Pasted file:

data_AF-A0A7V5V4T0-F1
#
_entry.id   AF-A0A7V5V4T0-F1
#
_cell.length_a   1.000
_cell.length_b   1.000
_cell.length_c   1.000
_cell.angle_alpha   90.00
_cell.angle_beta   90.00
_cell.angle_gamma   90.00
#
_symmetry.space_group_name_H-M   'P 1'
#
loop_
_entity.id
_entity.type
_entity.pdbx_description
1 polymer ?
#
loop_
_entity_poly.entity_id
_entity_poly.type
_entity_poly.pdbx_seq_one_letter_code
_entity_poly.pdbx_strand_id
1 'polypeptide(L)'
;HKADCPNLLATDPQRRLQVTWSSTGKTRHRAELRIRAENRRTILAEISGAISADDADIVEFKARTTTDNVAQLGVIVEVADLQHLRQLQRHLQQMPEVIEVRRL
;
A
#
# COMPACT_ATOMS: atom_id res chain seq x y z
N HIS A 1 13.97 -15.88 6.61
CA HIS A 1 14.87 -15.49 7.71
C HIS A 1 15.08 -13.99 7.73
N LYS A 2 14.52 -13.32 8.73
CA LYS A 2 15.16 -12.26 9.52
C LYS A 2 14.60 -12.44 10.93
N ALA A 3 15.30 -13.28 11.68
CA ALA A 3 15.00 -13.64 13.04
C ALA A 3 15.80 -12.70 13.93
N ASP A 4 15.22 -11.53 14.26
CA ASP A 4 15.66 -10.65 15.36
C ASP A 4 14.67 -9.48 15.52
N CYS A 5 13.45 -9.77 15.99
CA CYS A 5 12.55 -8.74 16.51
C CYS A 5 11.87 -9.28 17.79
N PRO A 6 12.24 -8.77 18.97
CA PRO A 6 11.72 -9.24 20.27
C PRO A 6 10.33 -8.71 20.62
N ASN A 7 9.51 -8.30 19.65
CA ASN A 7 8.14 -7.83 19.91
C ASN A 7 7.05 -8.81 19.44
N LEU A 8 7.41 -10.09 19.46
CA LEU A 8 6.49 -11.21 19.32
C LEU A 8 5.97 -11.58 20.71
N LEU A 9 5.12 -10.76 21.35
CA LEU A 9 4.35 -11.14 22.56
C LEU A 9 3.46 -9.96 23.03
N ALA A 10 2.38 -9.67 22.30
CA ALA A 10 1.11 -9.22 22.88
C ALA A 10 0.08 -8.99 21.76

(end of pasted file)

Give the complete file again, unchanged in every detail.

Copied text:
data_AF-A0A7V5V4T0-F1
#
_entry.id   AF-A0A7V5V4T0-F1
#
_cell.length_a   1.000
_cell.length_b   1.000
_cell.length_c   1.000
_cell.angle_alpha   90.00
_cell.angle_beta   90.00
_cell.angle_gamma   90.00
#
_symmetry.space_group_name_H-M   'P 1'
#
loop_
_entity.id
_entity.type
_entity.pdbx_description
1 polymer ?
#
loop_
_entity_poly.entity_id
_entity_poly.type
_entity_poly.pdbx_seq_one_letter_code
_entity_poly.pdbx_strand_id
1 'polypeptide(L)'
;HKADCPNLLATDPQRRLQVTWSSTGKTRHRAELRIRAENRRTILAEISGAISADDADIVEFKARTTTDNVAQLGVIVEVADLQHLRQLQRHLQQMPEVIEVRRL
;
A
#
# COMPACT_ATOMS: atom_id res chain seq x y z
N HIS A 1 13.97 -15.88 6.61
CA HIS A 1 14.87 -15.49 7.71
C HIS A 1 15.08 -13.99 7.73
N LYS A 2 14.52 -13.32 8.73
CA LYS A 2 15.16 -12.26 9.52
C LYS A 2 14.60 -12.44 10.93
N ALA A 3 15.30 -13.28 11.68
CA ALA A 3 15.00 -13.64 13.04
C ALA A 3 15.80 -12.70 13.93
N ASP A 4 15.22 -11.53 14.26
CA ASP A 4 15.66 -10.65 15.36
C ASP A 4 14.67 -9.48 15.52
N CYS A 5 13.45 -9.77 15.99
CA CYS A 5 12.55 -8.74 16.51
C CYS A 5 11.87 -9.28 17.79
N PRO A 6 12.24 -8.77 18.97
CA PRO A 6 11.72 -9.24 20.27
C PRO A 6 10.33 -8.71 20.62
N ASN A 7 9.51 -8.30 19.65
CA ASN A 7 8.14 -7.83 19.91
C ASN A 7 7.05 -8.81 19.44
N LEU A 8 7.41 -10.09 19.46
CA LEU A 8 6.49 -11.21 19.32
C LEU A 8 5.97 -11.58 20.71
N LEU A 9 5.12 -10.76 21.35
CA LEU A 9 4.35 -11.14 22.56
C LEU A 9 3.46 -9.96 23.03
N ALA A 10 2.38 -9.67 22.30
CA ALA A 10 1.11 -9.22 22.88
C ALA A 10 0.08 -8.99 21.76